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Where fine dining and social media meet

4 min read

Brands & Campaigns

To learn how restaurants can position themselves for success in 2010,  Rebecca Pollack, SmartBrief’s food industry editor, reached out to marketing guru Ron Blake, the president and CEO of Rewards Network. An edited transcript of their conversation follows.

What marketing advice can help restaurants and chefs stand out in this economy?

Keep providing value. Deals, discounts and incentives for consumers are only part of the value a restaurant can provide. Maintaining high standards — using quality ingredients, creating an inviting atmosphere, offering excellent service — will set a restaurant apart in this economy. Consumers still hunger for an enjoyable dining experience in which they’re made to feel like a guest of honor, but they want that experience to be affordable.

How is Rewards Network using social media successfully?

We’re using social media both to grow our business and to better connect our diners and restaurants. We’re on Facebook and Twitter every day, listening to what our consumers have to say — about everything from the scope of our network to the usability of our mobile apps — and using that feedback to improve. We’re also using Facebook and Twitter to create an online meeting place for restaurants and diners. Our iDine Facebook pages and Twitter feeds serve as virtual bulletin boards where restaurants can post news and special items, and consumers can dish on their favorite network spots and discover useful information and dining deals.

In your experience, are diners hanging out more in one social-media network compared with others? What social-media presence seems to be most profitable?

Facebook and Twitter are the dominant social media tools, but foodies also flock to sites such as Yelp, Urbanspoon and CitySearch or the forums on Serious Eats, Chow and other food sites. For restaurants, one social media presence isn’t necessarily more profitable than another. For L.A.’s famous Kogi BBQ truck, using Twitter to broadcast the truck’s location works best, earning Kogi more than 50,000 followers. In New York City, Dallas BBQ favors Facebook to share photos, promote events and converse with diners. Most social media tools are free. Finding which are best for your business and taking the time to use them regularly will make them profitable.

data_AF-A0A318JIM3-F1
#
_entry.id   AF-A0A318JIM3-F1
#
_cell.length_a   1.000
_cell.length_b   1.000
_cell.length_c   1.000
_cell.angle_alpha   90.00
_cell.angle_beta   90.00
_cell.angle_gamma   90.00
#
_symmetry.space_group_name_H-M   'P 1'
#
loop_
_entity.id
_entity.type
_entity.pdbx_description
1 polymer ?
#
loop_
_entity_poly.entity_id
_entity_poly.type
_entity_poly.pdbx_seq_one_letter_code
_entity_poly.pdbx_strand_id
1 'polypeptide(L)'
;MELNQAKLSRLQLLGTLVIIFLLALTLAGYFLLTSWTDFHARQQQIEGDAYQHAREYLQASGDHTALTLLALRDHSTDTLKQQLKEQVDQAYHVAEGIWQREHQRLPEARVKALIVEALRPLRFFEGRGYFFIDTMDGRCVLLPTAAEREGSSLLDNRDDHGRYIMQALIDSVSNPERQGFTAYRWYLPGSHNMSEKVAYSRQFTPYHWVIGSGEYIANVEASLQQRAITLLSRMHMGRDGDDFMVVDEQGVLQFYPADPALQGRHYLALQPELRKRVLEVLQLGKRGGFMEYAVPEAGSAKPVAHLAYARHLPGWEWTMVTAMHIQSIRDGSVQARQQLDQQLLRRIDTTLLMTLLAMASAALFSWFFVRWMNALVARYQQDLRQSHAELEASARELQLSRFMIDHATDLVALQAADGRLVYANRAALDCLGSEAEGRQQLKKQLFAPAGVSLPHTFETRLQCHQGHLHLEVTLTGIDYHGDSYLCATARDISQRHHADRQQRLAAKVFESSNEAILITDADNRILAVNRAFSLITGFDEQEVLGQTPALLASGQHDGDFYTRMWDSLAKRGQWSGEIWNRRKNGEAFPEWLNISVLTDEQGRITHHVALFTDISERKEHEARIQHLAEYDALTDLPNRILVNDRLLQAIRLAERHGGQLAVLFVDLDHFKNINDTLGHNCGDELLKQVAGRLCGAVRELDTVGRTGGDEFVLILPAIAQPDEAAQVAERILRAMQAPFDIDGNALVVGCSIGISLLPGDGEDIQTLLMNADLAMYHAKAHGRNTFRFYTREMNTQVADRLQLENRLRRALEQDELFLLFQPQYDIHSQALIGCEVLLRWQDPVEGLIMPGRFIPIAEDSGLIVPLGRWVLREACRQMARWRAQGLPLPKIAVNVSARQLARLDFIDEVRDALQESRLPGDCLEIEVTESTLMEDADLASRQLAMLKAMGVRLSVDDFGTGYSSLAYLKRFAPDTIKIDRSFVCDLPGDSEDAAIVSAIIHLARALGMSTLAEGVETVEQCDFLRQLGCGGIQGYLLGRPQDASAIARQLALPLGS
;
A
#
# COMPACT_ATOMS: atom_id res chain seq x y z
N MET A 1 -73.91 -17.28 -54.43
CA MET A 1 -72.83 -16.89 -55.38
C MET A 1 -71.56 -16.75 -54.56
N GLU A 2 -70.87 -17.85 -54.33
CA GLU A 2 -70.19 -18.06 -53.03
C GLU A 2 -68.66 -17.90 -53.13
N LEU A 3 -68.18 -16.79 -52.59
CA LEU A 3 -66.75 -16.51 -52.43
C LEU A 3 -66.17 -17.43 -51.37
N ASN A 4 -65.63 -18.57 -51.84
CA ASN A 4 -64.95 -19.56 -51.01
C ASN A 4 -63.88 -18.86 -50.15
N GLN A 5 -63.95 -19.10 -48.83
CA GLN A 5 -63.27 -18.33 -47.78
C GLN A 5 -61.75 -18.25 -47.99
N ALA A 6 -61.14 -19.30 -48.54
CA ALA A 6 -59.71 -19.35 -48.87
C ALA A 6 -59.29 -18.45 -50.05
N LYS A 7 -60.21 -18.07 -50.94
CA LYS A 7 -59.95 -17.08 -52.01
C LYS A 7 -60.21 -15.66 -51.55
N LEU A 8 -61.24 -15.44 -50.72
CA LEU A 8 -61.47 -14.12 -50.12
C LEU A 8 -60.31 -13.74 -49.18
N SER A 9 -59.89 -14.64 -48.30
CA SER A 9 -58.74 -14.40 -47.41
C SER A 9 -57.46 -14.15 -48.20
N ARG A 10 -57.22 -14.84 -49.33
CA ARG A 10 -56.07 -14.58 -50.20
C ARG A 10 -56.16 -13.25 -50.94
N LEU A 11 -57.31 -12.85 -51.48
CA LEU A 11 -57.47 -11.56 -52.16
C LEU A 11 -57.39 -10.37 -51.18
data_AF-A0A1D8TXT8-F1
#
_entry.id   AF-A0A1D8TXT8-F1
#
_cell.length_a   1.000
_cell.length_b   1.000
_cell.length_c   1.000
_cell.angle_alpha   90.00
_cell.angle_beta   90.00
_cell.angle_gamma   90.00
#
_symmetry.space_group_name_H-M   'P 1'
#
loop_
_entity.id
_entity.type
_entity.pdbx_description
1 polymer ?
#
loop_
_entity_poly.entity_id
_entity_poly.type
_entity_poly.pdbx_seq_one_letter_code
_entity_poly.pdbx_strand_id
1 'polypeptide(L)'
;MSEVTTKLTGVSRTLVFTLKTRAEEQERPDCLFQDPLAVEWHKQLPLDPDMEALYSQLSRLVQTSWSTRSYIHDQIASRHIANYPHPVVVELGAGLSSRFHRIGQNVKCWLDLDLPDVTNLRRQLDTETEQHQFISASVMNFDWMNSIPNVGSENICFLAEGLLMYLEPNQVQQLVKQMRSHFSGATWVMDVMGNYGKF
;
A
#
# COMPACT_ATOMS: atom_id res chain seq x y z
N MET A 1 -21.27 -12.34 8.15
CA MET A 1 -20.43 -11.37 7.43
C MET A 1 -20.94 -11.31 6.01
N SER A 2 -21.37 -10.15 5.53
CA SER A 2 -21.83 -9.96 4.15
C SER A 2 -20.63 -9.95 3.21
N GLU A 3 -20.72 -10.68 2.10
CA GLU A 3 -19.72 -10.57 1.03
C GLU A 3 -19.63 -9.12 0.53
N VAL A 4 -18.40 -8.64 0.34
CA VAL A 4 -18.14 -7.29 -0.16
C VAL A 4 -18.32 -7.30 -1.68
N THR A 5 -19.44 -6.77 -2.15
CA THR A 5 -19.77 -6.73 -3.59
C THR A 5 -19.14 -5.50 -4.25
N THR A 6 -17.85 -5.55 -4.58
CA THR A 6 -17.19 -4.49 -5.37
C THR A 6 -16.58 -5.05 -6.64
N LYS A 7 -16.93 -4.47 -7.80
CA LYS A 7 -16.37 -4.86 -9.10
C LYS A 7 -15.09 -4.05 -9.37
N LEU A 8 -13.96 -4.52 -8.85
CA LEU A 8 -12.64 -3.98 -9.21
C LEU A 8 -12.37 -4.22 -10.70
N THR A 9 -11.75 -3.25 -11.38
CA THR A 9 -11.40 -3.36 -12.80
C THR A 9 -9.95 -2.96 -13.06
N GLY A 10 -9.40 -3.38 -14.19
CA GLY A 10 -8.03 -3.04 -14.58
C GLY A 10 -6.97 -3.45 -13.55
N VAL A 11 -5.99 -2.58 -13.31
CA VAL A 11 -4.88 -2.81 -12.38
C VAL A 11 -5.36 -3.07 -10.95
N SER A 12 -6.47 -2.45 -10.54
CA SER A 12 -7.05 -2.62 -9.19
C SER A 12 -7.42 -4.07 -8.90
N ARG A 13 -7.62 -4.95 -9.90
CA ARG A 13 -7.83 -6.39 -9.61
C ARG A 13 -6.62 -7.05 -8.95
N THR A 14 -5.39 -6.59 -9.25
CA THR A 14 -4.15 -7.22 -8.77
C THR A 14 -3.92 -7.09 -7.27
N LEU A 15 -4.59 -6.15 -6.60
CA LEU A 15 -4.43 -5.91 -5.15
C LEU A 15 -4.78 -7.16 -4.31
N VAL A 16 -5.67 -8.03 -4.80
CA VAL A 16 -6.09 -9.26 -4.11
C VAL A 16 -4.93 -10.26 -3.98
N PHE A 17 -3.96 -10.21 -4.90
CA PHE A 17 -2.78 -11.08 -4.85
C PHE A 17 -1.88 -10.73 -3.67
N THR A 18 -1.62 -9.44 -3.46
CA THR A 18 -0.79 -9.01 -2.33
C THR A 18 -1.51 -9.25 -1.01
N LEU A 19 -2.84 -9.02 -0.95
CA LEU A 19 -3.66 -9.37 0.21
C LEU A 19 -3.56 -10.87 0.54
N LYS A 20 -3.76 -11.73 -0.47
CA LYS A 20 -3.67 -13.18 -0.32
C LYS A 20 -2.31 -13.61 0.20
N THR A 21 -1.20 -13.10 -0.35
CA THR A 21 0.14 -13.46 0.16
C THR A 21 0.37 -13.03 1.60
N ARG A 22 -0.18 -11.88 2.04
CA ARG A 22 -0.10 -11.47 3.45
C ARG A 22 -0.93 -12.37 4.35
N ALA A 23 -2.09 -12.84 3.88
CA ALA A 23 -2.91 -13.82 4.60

What incentives or deals seem to work best for foodservice groups in social media?

Insider deals available to your social media audience work great. They provide real value and create a reason for diners to monitor your social media content on a regular basis. A lot of our restaurants are pros at offering keywords on Facebook and Twitter that result in special discounts. Mention the word “cabernet” at City Winery in New York City for half-off flatbread. Tell Freshii you saw their tweet and get a free scoop of walnuts with your salad. Exclusive promotions like these can help a restaurant build a strong online following.

What is the next big thing for restaurant marketing?

More diners are adopting social media, accessing it on the go from mobile devices or starting to use location-based social networks such as Foursquare. To successfully market a restaurant, sitting on the social media sidelines won’t be an option. Social media will continue to foster strong, personal connections between restaurants and diners.

Social media also affords everyone an opportunity to be a restaurant critic. Engaging in an authentic, meaningful conversation with consumers will be the key to marketing success and growth, even if that means acknowledging negative feedback; transparency is paramount. Rewards Network provides tools that allow restaurants and diners to communicate directly, helping businesses use consumer feedback to their advantage.

Have you visited any restaurants lately that offered a memorable food experience?

Where can you find the perfect winter meal topped off with a flight of cupcakes? At May Street Market here in Chicago, which offers a $25 prix-fixe menu Monday through Wednesday. I loved their apple pumpkin soup, grilled brook trout in walnut balsamic brown butter and, of course, a big-enough-to-share cupcake flight. Such great comfort food! The white tablecloths, interesting seasonal menu, and great service made me feel honored as a guest — and yet the set menu price, BYOB option, and cash back on the bill (if you’re an iDine member), created exceptional value for me.

Image credit, webphotographeer, via iStock